325L, 325R. Advanced Integrated Lab I.  4 cr.

Students consolidate basic laboratory technique and learn to use and interpret results from modern chemical analytical instrumentation. Experiments are open-ended allowing students to approach problems in a genuine scientific format of designing their approach to defined problems, executing the experiments, and interpreting the results. Topic areas are drawn from inorganic synthesis, kinetics, chemical analysis, biochemical analysis, and spectroscopy. Techniques include chromatography, spectroscopy, electrophoresis, computational methods and statistics. Students will begin learning to interpret and communicate their work. Prerequisite: a C or better in 301 or 321, and a C or better in 423. Laboratory, eight hours; recitation, two hours.

371W. Forensic Chemistry Lab I.  2 cr.

Students will learn the basic techniques used in a forensic laboratory. They will use microscopy, IR, visible spectroscopy, and GC-MS to analyze hair, fabrics, fingerprints, and glass fragments. They will learn to detect metal residues, flammable liquids, and poisons. Laboratory, six hours. Prerequisite: a C or better in 423

372W. Forensic Chemistry Lab II.  2 cr.

Students will become very familiar with the main tools in the forensic laboratory; IR and GC-MS. They will develop the knowledge and ability to apply these techniques to solve complicated forensic analysis problems. Prerequisite: a C or better in CHEM 371W. Laboratory, six hours

391. Chemistry Experience in China.  3 crs.

This course provides an in-depth three-week scientific and cultural experience in China facilitated through Duquesne University and the Chinese Association of Science and Technology. Students will travel to several universities in China and work in seminars or small groups with the opportunity to (1) communicate orally and in writing in topics such as environmental science and pollution abatement; (2) acquire appropriate learning skills for collective laboratory work; (3) become familiar with global scientific issues through actively participating in scientific presentations. Students must participate in pre-trip seminars during the spring semester, in the August three-week trip including all activities during the trip, in the writing of reports to include in the trip summary document, and in a post-trip presentation to the public. Pass/Fail.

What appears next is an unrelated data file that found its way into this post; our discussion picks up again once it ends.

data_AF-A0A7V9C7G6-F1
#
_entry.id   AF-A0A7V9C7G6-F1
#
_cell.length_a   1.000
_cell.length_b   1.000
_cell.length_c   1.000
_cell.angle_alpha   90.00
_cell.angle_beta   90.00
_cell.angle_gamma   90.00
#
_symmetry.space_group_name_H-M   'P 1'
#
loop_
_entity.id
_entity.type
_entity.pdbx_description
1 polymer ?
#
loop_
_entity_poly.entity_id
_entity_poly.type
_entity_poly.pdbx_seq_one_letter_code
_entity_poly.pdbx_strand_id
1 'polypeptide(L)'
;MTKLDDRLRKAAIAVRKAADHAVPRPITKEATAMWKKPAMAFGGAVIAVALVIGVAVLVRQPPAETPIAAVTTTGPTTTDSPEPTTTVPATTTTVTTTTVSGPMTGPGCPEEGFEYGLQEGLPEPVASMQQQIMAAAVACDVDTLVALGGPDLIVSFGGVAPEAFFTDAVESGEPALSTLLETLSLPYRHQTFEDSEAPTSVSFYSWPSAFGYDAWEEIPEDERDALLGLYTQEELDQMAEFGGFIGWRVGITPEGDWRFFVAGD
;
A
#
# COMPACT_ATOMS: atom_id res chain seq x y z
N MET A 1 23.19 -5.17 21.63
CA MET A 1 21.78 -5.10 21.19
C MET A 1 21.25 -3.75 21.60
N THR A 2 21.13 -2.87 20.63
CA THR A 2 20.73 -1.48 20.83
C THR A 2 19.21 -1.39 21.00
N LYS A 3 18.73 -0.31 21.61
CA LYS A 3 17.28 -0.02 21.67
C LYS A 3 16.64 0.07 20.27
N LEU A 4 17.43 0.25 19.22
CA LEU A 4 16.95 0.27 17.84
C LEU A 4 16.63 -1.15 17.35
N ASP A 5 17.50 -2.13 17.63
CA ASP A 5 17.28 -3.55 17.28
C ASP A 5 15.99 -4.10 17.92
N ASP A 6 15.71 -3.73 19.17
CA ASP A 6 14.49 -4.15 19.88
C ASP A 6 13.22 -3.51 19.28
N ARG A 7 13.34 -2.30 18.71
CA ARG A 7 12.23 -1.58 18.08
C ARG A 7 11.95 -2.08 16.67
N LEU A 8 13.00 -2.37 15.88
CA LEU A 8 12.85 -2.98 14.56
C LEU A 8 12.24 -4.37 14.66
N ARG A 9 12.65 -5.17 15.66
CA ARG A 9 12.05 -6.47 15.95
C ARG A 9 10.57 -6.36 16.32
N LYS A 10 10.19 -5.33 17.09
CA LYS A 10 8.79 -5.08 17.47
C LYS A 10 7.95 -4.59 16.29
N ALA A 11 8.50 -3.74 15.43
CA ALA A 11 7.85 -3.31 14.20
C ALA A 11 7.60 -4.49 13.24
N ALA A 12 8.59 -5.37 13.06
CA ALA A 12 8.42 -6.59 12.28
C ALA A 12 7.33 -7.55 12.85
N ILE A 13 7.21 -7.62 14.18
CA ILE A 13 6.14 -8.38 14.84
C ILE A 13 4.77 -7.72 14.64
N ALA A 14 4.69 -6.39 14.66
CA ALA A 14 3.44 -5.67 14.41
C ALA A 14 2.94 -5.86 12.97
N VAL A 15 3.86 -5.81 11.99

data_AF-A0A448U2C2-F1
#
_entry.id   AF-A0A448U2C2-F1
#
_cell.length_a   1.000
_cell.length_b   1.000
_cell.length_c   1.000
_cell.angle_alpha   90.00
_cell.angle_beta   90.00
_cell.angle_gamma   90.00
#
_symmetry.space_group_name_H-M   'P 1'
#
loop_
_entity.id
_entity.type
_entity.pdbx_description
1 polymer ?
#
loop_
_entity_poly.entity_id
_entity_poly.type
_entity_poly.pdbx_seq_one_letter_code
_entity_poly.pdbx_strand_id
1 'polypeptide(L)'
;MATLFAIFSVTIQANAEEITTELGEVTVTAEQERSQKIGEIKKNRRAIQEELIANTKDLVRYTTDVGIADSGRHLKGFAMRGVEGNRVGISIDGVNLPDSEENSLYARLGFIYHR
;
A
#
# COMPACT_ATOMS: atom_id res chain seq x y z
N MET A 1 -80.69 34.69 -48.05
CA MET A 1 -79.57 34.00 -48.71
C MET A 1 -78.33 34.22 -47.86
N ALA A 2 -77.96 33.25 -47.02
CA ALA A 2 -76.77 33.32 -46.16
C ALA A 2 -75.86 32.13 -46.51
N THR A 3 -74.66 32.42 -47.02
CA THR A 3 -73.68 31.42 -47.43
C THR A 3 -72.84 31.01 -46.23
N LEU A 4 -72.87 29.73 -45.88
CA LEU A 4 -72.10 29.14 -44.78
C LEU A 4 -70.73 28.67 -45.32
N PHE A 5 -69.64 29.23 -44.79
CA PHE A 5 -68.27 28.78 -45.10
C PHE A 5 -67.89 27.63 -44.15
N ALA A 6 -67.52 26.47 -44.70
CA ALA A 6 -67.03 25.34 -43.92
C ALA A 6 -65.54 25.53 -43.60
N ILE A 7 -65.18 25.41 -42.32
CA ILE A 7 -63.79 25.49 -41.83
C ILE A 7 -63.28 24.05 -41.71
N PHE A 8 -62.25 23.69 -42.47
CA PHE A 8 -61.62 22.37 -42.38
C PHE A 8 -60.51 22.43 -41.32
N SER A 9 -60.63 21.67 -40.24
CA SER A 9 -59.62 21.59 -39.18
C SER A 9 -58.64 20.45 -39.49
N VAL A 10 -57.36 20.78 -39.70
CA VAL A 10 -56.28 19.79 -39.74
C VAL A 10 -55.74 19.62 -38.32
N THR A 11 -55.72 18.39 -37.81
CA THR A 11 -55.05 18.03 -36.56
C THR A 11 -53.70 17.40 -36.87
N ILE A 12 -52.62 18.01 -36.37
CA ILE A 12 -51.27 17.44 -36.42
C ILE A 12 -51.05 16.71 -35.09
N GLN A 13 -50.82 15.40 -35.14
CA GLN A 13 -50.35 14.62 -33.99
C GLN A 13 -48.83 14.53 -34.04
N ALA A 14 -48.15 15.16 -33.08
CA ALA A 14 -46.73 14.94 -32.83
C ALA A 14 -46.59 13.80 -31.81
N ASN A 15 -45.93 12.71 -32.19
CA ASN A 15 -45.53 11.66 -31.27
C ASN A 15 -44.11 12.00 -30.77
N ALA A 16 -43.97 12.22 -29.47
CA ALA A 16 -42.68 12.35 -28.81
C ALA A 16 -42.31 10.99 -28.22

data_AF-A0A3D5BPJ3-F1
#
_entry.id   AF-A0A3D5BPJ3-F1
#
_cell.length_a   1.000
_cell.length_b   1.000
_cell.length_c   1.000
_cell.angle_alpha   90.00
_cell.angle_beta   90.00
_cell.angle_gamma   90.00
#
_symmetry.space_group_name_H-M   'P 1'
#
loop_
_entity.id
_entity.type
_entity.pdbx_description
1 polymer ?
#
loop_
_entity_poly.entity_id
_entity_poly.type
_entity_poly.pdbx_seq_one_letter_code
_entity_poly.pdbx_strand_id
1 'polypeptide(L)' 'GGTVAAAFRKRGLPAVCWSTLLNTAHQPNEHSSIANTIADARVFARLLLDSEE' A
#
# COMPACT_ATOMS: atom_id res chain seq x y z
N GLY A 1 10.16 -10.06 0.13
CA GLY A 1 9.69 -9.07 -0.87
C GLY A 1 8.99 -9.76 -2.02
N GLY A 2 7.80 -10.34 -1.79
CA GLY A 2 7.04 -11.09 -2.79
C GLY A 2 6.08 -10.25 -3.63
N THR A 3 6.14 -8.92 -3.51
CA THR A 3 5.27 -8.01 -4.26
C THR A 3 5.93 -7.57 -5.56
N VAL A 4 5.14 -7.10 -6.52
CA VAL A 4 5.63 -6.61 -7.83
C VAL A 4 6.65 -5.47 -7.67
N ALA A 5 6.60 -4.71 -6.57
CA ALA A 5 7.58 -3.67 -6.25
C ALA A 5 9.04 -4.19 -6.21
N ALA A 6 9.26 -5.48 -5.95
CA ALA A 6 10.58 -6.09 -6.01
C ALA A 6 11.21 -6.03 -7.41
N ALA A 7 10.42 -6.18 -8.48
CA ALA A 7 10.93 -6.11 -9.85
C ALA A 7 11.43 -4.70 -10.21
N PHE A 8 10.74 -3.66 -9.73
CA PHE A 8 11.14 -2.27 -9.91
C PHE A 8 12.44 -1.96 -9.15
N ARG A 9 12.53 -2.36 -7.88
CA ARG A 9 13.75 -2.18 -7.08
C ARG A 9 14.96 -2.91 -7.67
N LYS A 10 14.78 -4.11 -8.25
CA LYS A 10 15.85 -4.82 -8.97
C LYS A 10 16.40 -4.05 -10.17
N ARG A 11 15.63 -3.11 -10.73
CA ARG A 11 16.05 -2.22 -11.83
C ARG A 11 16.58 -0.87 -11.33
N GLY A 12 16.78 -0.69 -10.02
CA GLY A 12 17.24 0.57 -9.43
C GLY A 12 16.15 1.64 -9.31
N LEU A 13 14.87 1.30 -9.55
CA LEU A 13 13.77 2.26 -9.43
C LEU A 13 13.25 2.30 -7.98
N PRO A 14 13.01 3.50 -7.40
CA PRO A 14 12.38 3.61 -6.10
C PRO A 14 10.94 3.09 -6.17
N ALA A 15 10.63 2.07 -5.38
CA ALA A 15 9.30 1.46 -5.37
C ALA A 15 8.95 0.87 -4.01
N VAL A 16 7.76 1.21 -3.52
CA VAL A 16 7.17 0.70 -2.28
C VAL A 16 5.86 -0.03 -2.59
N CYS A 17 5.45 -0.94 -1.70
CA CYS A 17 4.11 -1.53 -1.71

401. General Biochemistry I.  3 cr.

An introduction to modern biochemistry at the molecular level. The course includes discussion of the structure and function of proteins, the chemical mechanisms and regulation of enzyme catalysis, biomembrane structure and function, the structure and metabolism of carbohydrates, and the bioenergetics of ATP synthesis and utilization. Prerequisite: a C or better in 212 or 212H. Lecture, three hours.

402. General Biochemistry II.  3 cr.

This course is a continuation of CHEM 401. The course presents an overview of the metabolic transformations of fatty acids, complex lipids, amino acids, and the purine and pyrimidine nucleotides. The second half of the course offers a discussion of the molecular basis of genetics, including DNA and RNA metabolism, protein biosynthesis, and an introduction to the biochemical basis of recombinant DNA methodology. Prerequisite: a C or better in 401. Lecture, three hours.

412. Inorganic Chemistry II.  3 cr.

The course heavily draws upon the basic principles of inorganic chemistry and applies them to transition metal chemistry. Topics include organometallic compounds, coordination compounds, point group symmetry, ligand field theory, and its applications, as well as electronic spectra, inorganic reaction mechanisms, and extended solids. Prerequisite: a C or better in 312 and 322. Lecture, three hours

423. Analytical Chemistry.  3 cr.

Theoretical and practical training in modern chemical analysis with emphasis on instrumental methods. Corequisite: 321. prerequisite: a C or better in 230L. Lecture, three hours.

425L, 425R Advanced Integrated Lab II.  4 cr.

Students work in small teams on real research problems. Each team contributes to a single problem, and several chemical and biochemical problems may be studied over the course of a semester. Examples include determining the expression of quality markers and antioxidants in wine production, problems of self assembled biomolecules, protein structure-function relationships, lipid reactivity and physiochemical behavior, etc. Problems are designed according to student career interests. They will also learn advanced data analysis and communication skills. Prerequisite: a C or better in 325L, 325R. Laboratory, 8 hours; recitation, two hours.

475. Senior Seminar.  1 cr.

A capstone course exhibiting the interdisciplinary nature of chemistry. Each faculty member will provide a perspective on how their discipline contributes to the frontiers of science.

475H. Honors Senior Seminar. 1cr. The primary goal of this class is the construction of a high quality Honors Thesis and manuscripts for submission to professional science journals. The students will learn to access and use scientific references, journals and electronic information as they prepare their Thesis. Students will incorporate different types of multimedia in presenting a Department wide defense of their Thesis project. Prerequisite: 325L and entry into the Honors program.

490. Undergraduate Research. Maximum 2 cr./ Semester

Selected students work on a research problem under the direction of a staff member.

490H. Honors Undergraduate Research. Maximum 2 cr./Semester

Exceptional undergraduates that have been accepted into the Department of Chemistry and Biochemistry Honors program will perform advanced level research with the goal of producing sufficient quality data to enable them to prepare an Honors Thesis and manuscripts for publication.